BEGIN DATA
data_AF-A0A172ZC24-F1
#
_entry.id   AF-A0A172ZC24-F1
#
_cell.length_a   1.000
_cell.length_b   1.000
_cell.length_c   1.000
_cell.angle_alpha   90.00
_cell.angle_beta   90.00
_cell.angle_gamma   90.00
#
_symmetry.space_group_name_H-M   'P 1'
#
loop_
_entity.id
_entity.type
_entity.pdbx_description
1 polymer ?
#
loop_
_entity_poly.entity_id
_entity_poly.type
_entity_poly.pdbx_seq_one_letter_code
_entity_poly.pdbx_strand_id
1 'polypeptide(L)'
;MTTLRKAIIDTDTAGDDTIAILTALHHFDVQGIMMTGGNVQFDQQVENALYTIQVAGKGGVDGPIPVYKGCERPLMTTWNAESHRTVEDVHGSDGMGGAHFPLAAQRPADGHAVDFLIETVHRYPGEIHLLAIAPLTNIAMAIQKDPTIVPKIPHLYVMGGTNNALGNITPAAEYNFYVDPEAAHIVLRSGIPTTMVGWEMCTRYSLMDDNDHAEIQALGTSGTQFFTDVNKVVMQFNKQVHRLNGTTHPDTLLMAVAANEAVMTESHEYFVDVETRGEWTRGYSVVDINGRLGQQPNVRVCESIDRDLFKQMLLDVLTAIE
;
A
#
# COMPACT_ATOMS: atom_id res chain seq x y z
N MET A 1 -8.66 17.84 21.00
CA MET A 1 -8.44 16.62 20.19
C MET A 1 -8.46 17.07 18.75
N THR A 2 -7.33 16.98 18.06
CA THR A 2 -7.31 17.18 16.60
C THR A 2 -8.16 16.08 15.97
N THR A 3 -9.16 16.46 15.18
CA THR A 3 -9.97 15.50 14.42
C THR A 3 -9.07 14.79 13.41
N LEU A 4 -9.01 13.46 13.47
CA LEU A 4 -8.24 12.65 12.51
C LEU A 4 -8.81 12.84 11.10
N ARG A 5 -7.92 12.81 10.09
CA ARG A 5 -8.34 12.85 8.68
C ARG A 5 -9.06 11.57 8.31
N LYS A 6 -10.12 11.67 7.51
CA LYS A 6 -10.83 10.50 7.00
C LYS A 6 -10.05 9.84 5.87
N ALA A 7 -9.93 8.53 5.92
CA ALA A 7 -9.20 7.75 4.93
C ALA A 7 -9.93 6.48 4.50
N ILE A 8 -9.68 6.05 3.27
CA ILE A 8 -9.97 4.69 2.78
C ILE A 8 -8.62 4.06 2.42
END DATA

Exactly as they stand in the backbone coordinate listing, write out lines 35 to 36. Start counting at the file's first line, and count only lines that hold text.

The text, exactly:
CA THR A 2 -7.31 17.18 16.60
C THR A 2 -8.16 16.08 15.97